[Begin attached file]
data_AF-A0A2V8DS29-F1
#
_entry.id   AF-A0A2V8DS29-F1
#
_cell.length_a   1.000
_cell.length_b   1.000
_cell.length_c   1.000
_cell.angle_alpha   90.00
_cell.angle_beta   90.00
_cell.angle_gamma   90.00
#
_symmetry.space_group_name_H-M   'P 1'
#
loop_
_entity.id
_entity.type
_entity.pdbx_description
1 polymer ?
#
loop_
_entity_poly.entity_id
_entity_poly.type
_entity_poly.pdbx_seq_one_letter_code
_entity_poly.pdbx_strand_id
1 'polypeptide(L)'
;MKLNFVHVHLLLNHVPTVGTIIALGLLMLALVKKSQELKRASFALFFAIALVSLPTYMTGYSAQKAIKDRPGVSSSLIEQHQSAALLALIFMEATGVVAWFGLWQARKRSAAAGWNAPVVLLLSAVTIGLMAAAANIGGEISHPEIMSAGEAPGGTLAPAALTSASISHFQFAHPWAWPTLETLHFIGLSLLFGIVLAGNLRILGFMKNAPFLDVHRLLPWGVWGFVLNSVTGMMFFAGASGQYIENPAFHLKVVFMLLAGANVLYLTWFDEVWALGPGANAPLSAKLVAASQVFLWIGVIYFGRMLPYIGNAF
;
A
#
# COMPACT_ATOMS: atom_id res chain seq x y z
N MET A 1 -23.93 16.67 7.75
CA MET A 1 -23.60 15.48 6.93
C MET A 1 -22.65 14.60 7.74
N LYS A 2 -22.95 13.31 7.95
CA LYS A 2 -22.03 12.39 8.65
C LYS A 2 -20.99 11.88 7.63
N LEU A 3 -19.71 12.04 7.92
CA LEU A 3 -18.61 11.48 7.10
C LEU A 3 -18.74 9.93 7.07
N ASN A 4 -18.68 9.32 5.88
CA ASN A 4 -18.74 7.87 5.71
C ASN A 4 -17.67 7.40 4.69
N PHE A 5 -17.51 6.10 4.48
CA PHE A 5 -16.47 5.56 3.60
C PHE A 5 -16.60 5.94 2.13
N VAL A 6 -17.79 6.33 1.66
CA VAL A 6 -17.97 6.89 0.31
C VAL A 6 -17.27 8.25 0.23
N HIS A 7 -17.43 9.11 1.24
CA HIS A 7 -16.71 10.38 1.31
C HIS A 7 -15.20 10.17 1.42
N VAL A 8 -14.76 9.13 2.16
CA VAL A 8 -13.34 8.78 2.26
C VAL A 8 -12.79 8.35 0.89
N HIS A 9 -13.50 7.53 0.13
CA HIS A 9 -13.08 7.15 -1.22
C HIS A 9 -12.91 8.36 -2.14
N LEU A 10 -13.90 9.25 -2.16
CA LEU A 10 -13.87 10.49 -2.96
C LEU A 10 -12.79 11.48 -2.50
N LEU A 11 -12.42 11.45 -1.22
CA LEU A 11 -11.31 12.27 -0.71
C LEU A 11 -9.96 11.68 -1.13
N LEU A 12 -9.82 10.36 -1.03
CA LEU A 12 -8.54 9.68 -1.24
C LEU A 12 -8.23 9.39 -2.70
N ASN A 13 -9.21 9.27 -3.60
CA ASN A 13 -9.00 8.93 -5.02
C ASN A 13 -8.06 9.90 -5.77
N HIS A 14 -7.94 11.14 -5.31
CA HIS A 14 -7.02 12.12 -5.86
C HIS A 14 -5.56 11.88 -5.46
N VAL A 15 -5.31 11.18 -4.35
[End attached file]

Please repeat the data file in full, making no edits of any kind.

data_AF-A0A2V8DS29-F1
#
_entry.id   AF-A0A2V8DS29-F1
#
_cell.length_a   1.000
_cell.length_b   1.000
_cell.length_c   1.000
_cell.angle_alpha   90.00
_cell.angle_beta   90.00
_cell.angle_gamma   90.00
#
_symmetry.space_group_name_H-M   'P 1'
#
loop_
_entity.id
_entity.type
_entity.pdbx_description
1 polymer ?
#
loop_
_entity_poly.entity_id
_entity_poly.type
_entity_poly.pdbx_seq_one_letter_code
_entity_poly.pdbx_strand_id
1 'polypeptide(L)'
;MKLNFVHVHLLLNHVPTVGTIIALGLLMLALVKKSQELKRASFALFFAIALVSLPTYMTGYSAQKAIKDRPGVSSSLIEQHQSAALLALIFMEATGVVAWFGLWQARKRSAAAGWNAPVVLLLSAVTIGLMAAAANIGGEISHPEIMSAGEAPGGTLAPAALTSASISHFQFAHPWAWPTLETLHFIGLSLLFGIVLAGNLRILGFMKNAPFLDVHRLLPWGVWGFVLNSVTGMMFFAGASGQYIENPAFHLKVVFMLLAGANVLYLTWFDEVWALGPGANAPLSAKLVAASQVFLWIGVIYFGRMLPYIGNAF
;
A
#
# COMPACT_ATOMS: atom_id res chain seq x y z
N MET A 1 -23.93 16.67 7.75
CA MET A 1 -23.60 15.48 6.93
C MET A 1 -22.65 14.60 7.74
N LYS A 2 -22.95 13.31 7.95
CA LYS A 2 -22.03 12.39 8.65
C LYS A 2 -20.99 11.88 7.63
N LEU A 3 -19.71 12.04 7.92
CA LEU A 3 -18.61 11.48 7.10
C LEU A 3 -18.74 9.93 7.07
N ASN A 4 -18.68 9.32 5.88
CA ASN A 4 -18.74 7.87 5.71
C ASN A 4 -17.67 7.40 4.69
N PHE A 5 -17.51 6.10 4.48
CA PHE A 5 -16.47 5.56 3.60
C PHE A 5 -16.60 5.94 2.13
N VAL A 6 -17.79 6.33 1.66
CA VAL A 6 -17.97 6.89 0.31
C VAL A 6 -17.27 8.25 0.23
N HIS A 7 -17.43 9.11 1.24
CA HIS A 7 -16.71 10.38 1.31
C HIS A 7 -15.20 10.17 1.42
N VAL A 8 -14.76 9.13 2.16
CA VAL A 8 -13.34 8.78 2.26
C VAL A 8 -12.79 8.35 0.89
N HIS A 9 -13.50 7.53 0.13
CA HIS A 9 -13.08 7.15 -1.22
C HIS A 9 -12.91 8.36 -2.14
N LEU A 10 -13.90 9.25 -2.16
CA LEU A 10 -13.87 10.49 -2.96
C LEU A 10 -12.79 11.48 -2.50
N LEU A 11 -12.42 11.45 -1.22
CA LEU A 11 -11.31 12.27 -0.71
C LEU A 11 -9.96 11.68 -1.13
N LEU A 12 -9.82 10.36 -1.03
CA LEU A 12 -8.54 9.68 -1.24
C LEU A 12 -8.23 9.39 -2.70
N ASN A 13 -9.21 9.27 -3.60
CA ASN A 13 -9.00 8.93 -5.02
C ASN A 13 -8.06 9.90 -5.77
N HIS A 14 -7.94 11.14 -5.31
CA HIS A 14 -7.02 12.12 -5.86
C HIS A 14 -5.56 11.88 -5.46
N VAL A 15 -5.31 11.18 -4.35